In addition to appearance, I think that one other area where a lot of singles miss the boat in being attractive to others is in their personalities.
By “personality,” I don’t mean being the life of the party, or the person who gets all the parties started, or basically being the social hub of your network. I just mean having a personality that people are attracted to – being a good conversationalist, being interesting, and having some social savvy about what to (and not to) say. For women, this usually translates as some degree of charm. For men, it’s more about having an attitude that puts others at ease – it CAN be charm, but it doesn’t have to be. For both sexes, graciousness will take you a long way. What you DON’T have to be is the Smartest Person or Most Knowledgeable Person. Oftentimes, Smartest People are really irritating, because they have to be the Final Word on everything, or they price themselves out of social acceptance by operating at some level that’s beyond what everyone else is operating at.
But, you say, I HAVE a good personality! My mom, my grandma, and all of my closest female friends assure me of this all the time! I just have to meet a man who’s willing to
look through my fat put aside media brainwashing and value me for my inner beauty! And those men are hard to find!
OK, fair enough (anyone who’s read this blog for a length of time knows that its author hasn’t exactly been hitting home runs in the secure-a-date department) but – speaking anecdotally – there are a lot of singles out there who are pitiful conversationalists. They’re timid, they have nothing interesting to talk about, they have no awareness of what’s going on in the world, they have no opinions about anything, they don’t know how to tease or joke, they don’t have a sense of humor, and, possibly worst of all, they depend on the other person to provide all of the conversation topics and/or depend on the other person to be the entertainment. If you laugh a lot when you’re talking to someone, but that person never laughs, then you’re probably depending on that person to be the entertainment. Conversation is a give-and-take. Make sure you’re not just a taker.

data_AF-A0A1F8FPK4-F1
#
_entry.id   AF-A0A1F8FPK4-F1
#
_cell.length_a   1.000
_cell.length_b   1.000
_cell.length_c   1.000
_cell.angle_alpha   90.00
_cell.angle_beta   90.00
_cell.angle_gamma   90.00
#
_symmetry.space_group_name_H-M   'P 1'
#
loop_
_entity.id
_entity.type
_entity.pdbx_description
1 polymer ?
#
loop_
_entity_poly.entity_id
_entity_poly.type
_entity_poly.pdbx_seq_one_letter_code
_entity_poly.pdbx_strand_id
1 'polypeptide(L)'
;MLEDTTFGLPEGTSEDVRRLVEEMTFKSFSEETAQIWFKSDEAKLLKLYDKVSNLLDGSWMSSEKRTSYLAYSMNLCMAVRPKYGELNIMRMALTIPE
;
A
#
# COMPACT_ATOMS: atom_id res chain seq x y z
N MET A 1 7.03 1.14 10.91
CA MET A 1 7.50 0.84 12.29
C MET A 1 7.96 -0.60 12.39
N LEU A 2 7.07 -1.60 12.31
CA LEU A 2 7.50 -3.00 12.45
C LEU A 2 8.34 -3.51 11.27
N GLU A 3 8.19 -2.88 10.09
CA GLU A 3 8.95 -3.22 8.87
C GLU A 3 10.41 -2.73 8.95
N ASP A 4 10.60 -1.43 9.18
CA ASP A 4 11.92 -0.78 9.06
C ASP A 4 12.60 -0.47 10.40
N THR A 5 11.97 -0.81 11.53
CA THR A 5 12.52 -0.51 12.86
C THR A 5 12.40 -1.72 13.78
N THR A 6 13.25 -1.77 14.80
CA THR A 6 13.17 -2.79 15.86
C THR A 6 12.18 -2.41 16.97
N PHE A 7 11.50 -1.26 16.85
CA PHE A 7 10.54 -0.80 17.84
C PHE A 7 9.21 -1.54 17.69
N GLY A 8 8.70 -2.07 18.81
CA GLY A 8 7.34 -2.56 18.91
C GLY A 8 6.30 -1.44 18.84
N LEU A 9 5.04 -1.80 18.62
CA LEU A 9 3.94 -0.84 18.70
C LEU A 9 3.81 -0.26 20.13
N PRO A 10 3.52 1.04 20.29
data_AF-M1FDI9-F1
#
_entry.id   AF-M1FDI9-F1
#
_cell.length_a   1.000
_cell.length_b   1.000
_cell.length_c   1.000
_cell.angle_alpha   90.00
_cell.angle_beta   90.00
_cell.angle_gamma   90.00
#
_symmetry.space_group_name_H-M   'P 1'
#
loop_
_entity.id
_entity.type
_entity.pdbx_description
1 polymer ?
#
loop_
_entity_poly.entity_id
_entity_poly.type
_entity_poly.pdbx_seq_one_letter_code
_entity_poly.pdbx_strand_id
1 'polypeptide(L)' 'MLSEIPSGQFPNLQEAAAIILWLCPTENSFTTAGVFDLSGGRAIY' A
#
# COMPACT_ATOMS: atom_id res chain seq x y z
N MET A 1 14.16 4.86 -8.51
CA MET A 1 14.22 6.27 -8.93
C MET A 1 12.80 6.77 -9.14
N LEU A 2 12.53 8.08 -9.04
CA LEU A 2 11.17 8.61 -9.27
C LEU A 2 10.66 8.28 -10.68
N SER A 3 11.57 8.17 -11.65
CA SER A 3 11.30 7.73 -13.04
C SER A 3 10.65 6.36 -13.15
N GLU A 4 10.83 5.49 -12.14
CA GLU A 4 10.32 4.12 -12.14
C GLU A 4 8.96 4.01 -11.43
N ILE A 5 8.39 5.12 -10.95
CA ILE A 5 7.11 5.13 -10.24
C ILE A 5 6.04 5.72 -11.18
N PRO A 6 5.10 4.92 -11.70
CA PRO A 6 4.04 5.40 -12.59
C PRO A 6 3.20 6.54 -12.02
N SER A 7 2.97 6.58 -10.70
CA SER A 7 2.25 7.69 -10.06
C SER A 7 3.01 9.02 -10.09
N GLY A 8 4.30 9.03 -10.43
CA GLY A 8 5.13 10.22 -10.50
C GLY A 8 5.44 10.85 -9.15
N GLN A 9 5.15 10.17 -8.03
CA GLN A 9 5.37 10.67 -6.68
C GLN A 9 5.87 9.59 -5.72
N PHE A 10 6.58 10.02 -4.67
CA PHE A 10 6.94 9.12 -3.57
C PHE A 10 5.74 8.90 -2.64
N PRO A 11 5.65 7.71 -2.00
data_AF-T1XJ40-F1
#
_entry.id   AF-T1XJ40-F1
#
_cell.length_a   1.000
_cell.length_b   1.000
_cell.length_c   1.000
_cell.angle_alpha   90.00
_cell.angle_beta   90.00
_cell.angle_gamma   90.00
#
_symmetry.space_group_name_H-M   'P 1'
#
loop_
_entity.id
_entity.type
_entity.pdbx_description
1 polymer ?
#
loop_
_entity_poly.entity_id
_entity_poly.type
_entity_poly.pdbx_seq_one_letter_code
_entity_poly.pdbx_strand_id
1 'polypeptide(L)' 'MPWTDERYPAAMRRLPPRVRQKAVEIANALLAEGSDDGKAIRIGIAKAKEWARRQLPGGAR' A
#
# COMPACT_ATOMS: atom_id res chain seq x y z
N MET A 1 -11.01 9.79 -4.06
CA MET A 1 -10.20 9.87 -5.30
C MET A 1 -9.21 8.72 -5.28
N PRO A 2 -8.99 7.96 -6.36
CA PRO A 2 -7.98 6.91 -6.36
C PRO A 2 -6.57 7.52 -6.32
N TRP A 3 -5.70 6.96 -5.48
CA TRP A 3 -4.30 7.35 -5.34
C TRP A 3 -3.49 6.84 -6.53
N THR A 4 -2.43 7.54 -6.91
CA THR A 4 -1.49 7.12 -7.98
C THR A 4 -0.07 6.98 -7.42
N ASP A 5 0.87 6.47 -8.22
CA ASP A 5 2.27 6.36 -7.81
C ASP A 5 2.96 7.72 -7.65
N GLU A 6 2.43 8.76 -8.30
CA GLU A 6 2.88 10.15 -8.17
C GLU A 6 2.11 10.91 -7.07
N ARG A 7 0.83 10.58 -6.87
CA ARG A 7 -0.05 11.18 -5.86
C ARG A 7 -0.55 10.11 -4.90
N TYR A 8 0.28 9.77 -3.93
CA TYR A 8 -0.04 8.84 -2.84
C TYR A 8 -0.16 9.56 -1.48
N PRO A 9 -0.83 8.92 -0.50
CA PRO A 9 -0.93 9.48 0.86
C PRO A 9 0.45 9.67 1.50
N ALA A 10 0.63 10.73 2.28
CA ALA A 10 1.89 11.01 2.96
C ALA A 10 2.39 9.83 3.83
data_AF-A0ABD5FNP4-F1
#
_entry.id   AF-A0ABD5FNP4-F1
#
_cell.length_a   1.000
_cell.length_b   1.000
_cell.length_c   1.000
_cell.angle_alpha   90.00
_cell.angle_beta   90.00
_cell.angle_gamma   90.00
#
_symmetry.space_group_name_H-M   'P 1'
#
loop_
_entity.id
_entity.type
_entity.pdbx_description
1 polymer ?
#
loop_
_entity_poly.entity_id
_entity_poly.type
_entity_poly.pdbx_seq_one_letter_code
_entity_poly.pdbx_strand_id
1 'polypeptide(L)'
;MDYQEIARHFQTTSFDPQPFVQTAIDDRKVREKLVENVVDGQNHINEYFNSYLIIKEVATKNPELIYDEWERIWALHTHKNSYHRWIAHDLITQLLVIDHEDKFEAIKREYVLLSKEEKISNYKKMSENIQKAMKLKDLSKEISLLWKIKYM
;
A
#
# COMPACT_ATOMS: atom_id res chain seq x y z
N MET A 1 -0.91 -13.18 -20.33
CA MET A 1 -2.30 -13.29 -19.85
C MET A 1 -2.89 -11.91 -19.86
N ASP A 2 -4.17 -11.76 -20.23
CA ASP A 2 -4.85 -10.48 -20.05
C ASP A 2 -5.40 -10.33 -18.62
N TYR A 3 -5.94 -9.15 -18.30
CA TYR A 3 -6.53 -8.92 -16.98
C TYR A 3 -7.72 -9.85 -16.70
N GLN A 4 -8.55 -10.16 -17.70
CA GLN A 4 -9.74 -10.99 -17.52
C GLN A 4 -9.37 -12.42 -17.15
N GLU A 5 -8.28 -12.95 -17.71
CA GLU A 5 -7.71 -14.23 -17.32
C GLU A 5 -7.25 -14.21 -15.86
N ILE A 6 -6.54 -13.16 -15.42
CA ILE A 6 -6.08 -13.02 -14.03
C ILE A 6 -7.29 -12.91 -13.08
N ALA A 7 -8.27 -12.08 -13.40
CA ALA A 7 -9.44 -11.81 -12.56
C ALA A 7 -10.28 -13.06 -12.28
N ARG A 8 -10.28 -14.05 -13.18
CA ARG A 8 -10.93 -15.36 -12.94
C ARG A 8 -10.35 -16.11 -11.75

If you want to become a better conversationalist, the best advice I can give you is to fake it ’til you make it. Dig up some irrational confidence and act like you believe that other people should want to talk to you because DARN IT, you’re interesting and charming, and if people don’t want to talk to you, don’t take it personally. It’s their loss, and besides, you’re not going to have chemistry with everyone you talk to. Just move on and find someone else to try out your irrational confidence on.
Here are some other tips for improving your ability to converse in average social situations.
Read Something That’s Not a Novel. Sure, it’s good to be able to talk about classic literature or opine on the latest pop-cult bestseller, but those won’t give you enough conversational breadth. Read some news blogs, read some pop culture/entertainment blogs, read some blogs that incorporate history. Just read things that make you more aware of the world, both now and in the past.
Listen to Stuff. What’s on the radio? Which acts are in heavy rotation? Who’s got a talk radio show? What annoying commercial is being played at every break? Have you been to any talks or seminars lately?
Go On an Adventure. You don’t have to be Bilbo Baggins, but when did you last go somewhere interesting? What did you do? What happened to you? Did you meet anyone interesting or unusual?
Notice Things That Happen in Your Normal Life. Humorous stuff happens all the time if you’re watching for it. Look for the things that reveal people’s humanity. How did you last stick your foot in your mouth? When did you last wish the earth would swallow you up? Who stood out to you when you were people-watching on a bench?